Persistent Hall response after a quantum quench

Reference: arXiv:1603.01621


Out-of-equilibrium systems can host phenomena that transcend the usual restrictions of equilibrium systems. Here we unveil how out-of-equilibrium states, prepared via a quantum quench, can exhibit a non-zero Hall-type response that persists at long times, and even when the instantaneous Hamiltonian is time reversal symmetric; both these features starkly contrast with equilibrium Hall currents. Interestingly, the persistent Hall effect arises from processes beyond those captured by linear response, and is a signature of the novel dynamics in out-of-equilibrium systems. We propose quenches in two-band Dirac systems as natural venues to realize persistent Hall currents, which exist when either mirror or time-reversal symmetry are broken (before or after the quench). Its long time persistence, as well as sensitivity to symmetry breaking, allow it to be used as a sensitive diagnostic of the complex out-equilibrium dynamics readily controlled and probed in cold-atomic optical lattice experiments.

Recent addition

Energy dissipation is added phenomenologically by modifying Eq. (5) of the paper with a Landau-Lifshitz-Gilbert term

$$\frac{\partial\hat{\mathbf{n}}}{\partial t} = 2\mathbf d \times \hat{\mathbf{n}} \color{red}{-\gamma \hat{\mathbf{n}} \times \frac{\partial\hat{\mathbf{n}}}{\partial t}}.$$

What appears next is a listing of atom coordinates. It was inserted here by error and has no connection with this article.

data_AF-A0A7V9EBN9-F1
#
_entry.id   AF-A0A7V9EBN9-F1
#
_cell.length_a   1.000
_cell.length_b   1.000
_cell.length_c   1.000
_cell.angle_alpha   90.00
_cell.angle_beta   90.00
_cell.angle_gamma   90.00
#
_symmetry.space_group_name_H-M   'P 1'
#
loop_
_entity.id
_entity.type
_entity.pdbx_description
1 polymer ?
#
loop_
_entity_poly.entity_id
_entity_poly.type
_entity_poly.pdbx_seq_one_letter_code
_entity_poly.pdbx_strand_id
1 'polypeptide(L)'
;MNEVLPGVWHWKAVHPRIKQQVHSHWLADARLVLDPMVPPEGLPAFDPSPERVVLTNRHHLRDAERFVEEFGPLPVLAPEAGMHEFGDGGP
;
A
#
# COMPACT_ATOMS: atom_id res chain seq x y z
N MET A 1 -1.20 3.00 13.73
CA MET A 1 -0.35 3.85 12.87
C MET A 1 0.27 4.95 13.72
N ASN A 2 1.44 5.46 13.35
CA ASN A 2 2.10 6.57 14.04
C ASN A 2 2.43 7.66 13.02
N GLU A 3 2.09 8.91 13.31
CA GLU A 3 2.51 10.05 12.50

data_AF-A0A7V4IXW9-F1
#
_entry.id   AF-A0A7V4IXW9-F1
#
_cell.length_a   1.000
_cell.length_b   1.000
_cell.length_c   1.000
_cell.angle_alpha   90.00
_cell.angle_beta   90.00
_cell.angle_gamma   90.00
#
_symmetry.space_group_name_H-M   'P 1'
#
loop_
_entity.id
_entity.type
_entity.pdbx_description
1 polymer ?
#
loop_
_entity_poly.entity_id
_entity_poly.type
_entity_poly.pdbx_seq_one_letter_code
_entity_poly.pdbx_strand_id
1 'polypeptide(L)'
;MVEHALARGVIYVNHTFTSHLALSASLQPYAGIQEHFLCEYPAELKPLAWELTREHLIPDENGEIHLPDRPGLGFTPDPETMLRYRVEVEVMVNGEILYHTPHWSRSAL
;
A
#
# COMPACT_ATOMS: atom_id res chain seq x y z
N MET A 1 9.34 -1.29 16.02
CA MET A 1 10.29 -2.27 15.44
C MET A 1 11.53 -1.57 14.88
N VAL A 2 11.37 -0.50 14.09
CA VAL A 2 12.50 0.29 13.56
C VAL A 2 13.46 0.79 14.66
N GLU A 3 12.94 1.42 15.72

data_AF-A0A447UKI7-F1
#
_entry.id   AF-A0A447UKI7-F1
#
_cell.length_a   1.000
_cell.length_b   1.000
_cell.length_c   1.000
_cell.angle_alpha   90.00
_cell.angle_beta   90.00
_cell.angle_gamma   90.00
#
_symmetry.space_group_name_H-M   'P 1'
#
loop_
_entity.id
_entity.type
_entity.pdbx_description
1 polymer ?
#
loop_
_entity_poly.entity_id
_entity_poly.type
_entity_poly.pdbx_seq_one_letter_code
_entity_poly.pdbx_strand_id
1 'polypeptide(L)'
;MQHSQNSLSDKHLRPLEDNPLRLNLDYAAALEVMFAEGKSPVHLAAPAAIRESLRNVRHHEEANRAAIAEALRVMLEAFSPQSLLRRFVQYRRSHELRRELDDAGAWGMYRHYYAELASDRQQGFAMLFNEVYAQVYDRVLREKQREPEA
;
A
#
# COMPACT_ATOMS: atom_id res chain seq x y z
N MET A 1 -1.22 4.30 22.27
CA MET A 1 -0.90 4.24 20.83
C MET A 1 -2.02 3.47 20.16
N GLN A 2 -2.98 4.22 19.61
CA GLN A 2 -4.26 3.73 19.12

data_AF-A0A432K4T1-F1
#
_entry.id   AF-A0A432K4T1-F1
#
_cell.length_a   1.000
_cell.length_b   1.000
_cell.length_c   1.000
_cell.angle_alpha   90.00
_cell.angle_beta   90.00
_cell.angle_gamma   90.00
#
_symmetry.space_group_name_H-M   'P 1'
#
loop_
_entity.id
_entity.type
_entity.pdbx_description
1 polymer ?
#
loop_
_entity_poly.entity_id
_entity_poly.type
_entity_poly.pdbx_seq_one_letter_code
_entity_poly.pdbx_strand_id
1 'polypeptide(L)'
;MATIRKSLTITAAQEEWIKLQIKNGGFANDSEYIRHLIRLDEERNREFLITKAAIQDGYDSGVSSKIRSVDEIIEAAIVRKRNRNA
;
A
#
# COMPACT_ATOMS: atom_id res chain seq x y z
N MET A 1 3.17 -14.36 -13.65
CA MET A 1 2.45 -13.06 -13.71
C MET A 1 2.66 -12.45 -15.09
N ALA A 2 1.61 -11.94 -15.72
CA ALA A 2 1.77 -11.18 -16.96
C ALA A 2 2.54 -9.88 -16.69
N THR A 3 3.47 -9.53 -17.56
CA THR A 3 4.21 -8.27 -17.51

This allows for a problem that is still analytically tractable, but for $\gamma>0$, the system relaxes to zero current. However, if $\gamma$ is small, a finite plateau is still possible.

Experimental possibilities

The "pulse" becomes a momentum kick in cold atom experiments with two reasonable systems being prime candidates:

  1. Quench of the fermionic Haldane model in cold atoms.
  2. Thermal spin-orbit coupled bosons.

Even though the paper addresses fermions, #2 has all of the basic features needed to see the effect.


  • Inclusion of a trap
  • Inclusion of momentum relaxation
  • Simulating the real thermal boson experiment in a trap for a potential experiment.
  • Quenching 3D topological phases: What equilibrium responses survive? e.g. Time-dependent Axionic field for a 3D TI with broken time-reversal symmetry.
  • Quenching strongly interacting systems with emergent topological properties (e.g. fractional quantum Hall)
  • What universal features can be identified?